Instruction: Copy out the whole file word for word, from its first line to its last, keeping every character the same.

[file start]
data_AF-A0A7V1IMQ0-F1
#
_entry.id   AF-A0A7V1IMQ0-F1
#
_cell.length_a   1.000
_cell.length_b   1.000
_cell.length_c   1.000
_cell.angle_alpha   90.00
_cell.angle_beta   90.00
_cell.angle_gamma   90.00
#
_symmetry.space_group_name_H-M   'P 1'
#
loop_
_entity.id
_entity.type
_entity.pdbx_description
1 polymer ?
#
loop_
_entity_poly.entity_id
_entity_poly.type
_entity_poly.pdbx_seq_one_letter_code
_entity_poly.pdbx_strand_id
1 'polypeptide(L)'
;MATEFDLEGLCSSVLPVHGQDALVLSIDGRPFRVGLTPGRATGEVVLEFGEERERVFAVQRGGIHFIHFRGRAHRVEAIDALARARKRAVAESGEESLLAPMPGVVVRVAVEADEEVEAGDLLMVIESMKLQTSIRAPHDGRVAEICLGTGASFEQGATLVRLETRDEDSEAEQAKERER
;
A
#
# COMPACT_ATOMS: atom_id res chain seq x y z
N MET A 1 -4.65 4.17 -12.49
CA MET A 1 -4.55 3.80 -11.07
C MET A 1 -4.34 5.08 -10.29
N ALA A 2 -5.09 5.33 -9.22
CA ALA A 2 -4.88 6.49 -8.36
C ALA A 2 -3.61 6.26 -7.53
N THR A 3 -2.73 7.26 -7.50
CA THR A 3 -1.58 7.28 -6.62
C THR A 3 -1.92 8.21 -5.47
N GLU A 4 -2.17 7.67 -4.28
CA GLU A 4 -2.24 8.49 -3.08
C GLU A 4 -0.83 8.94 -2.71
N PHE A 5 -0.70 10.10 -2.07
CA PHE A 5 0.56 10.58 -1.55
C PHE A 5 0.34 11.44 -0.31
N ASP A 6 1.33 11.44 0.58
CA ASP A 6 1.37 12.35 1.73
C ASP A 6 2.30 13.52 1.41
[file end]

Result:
data_AF-A0A7V1IMQ0-F1
#
_entry.id   AF-A0A7V1IMQ0-F1
#
_cell.length_a   1.000
_cell.length_b   1.000
_cell.length_c   1.000
_cell.angle_alpha   90.00
_cell.angle_beta   90.00
_cell.angle_gamma   90.00
#
_symmetry.space_group_name_H-M   'P 1'
#
loop_
_entity.id
_entity.type
_entity.pdbx_description
1 polymer ?
#
loop_
_entity_poly.entity_id
_entity_poly.type
_entity_poly.pdbx_seq_one_letter_code
_entity_poly.pdbx_strand_id
1 'polypeptide(L)'
;MATEFDLEGLCSSVLPVHGQDALVLSIDGRPFRVGLTPGRATGEVVLEFGEERERVFAVQRGGIHFIHFRGRAHRVEAIDALARARKRAVAESGEESLLAPMPGVVVRVAVEADEEVEAGDLLMVIESMKLQTSIRAPHDGRVAEICLGTGASFEQGATLVRLETRDEDSEAEQAKERER
;
A
#
# COMPACT_ATOMS: atom_id res chain seq x y z
N MET A 1 -4.65 4.17 -12.49
CA MET A 1 -4.55 3.80 -11.07
C MET A 1 -4.34 5.08 -10.29
N ALA A 2 -5.09 5.33 -9.22
CA ALA A 2 -4.88 6.49 -8.36
C ALA A 2 -3.61 6.26 -7.53
N THR A 3 -2.73 7.26 -7.50
CA THR A 3 -1.58 7.28 -6.62
C THR A 3 -1.92 8.21 -5.47
N GLU A 4 -2.17 7.67 -4.28
CA GLU A 4 -2.24 8.49 -3.08
C GLU A 4 -0.83 8.94 -2.71
N PHE A 5 -0.70 10.10 -2.07
CA PHE A 5 0.56 10.58 -1.55
C PHE A 5 0.34 11.44 -0.31
N ASP A 6 1.33 11.44 0.58
CA ASP A 6 1.37 12.35 1.73
C ASP A 6 2.30 13.52 1.41